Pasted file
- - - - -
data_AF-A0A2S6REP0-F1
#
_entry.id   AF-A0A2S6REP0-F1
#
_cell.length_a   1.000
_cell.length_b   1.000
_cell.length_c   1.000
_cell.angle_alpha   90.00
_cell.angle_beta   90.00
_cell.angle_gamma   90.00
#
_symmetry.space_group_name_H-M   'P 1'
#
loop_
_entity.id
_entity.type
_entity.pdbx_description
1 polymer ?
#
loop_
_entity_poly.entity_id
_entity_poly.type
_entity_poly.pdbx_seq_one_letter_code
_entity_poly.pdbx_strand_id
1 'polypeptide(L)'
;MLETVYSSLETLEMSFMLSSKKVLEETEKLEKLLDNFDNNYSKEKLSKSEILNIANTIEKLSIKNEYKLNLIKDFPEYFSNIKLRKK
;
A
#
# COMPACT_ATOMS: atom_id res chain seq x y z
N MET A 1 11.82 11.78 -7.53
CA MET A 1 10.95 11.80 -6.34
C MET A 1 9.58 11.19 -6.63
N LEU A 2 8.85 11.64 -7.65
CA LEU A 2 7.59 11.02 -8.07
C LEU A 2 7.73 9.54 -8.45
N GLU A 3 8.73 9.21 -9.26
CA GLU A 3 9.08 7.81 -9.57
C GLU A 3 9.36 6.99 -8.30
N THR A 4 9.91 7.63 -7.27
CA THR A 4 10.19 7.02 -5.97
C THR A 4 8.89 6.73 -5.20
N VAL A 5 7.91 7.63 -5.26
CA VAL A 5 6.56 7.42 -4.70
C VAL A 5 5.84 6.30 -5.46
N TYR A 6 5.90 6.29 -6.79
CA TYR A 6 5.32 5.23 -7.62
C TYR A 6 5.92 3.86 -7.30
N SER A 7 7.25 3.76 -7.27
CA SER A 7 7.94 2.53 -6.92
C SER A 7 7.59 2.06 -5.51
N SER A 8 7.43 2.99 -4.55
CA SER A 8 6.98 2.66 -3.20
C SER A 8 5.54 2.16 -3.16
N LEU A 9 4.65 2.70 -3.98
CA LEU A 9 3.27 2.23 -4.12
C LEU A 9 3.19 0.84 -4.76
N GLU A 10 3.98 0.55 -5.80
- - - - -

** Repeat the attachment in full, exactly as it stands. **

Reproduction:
data_AF-A0A2S6REP0-F1
#
_entry.id   AF-A0A2S6REP0-F1
#
_cell.length_a   1.000
_cell.length_b   1.000
_cell.length_c   1.000
_cell.angle_alpha   90.00
_cell.angle_beta   90.00
_cell.angle_gamma   90.00
#
_symmetry.space_group_name_H-M   'P 1'
#
loop_
_entity.id
_entity.type
_entity.pdbx_description
1 polymer ?
#
loop_
_entity_poly.entity_id
_entity_poly.type
_entity_poly.pdbx_seq_one_letter_code
_entity_poly.pdbx_strand_id
1 'polypeptide(L)'
;MLETVYSSLETLEMSFMLSSKKVLEETEKLEKLLDNFDNNYSKEKLSKSEILNIANTIEKLSIKNEYKLNLIKDFPEYFSNIKLRKK
;
A
#
# COMPACT_ATOMS: atom_id res chain seq x y z
N MET A 1 11.82 11.78 -7.53
CA MET A 1 10.95 11.80 -6.34
C MET A 1 9.58 11.19 -6.63
N LEU A 2 8.85 11.64 -7.65
CA LEU A 2 7.59 11.02 -8.07
C LEU A 2 7.73 9.54 -8.45
N GLU A 3 8.73 9.21 -9.26
CA GLU A 3 9.08 7.81 -9.57
C GLU A 3 9.36 6.99 -8.30
N THR A 4 9.91 7.63 -7.27
CA THR A 4 10.19 7.02 -5.97
C THR A 4 8.89 6.73 -5.20
N VAL A 5 7.91 7.63 -5.26
CA VAL A 5 6.56 7.42 -4.70
C VAL A 5 5.84 6.30 -5.46
N TYR A 6 5.90 6.29 -6.79
CA TYR A 6 5.32 5.23 -7.62
C TYR A 6 5.92 3.86 -7.30
N SER A 7 7.25 3.76 -7.27
CA SER A 7 7.94 2.53 -6.92
C SER A 7 7.59 2.06 -5.51
N SER A 8 7.43 2.99 -4.55
CA SER A 8 6.98 2.66 -3.20
C SER A 8 5.54 2.16 -3.16
N LEU A 9 4.65 2.70 -3.98
CA LEU A 9 3.27 2.23 -4.12
C LEU A 9 3.19 0.84 -4.76
N GLU A 10 3.98 0.55 -5.80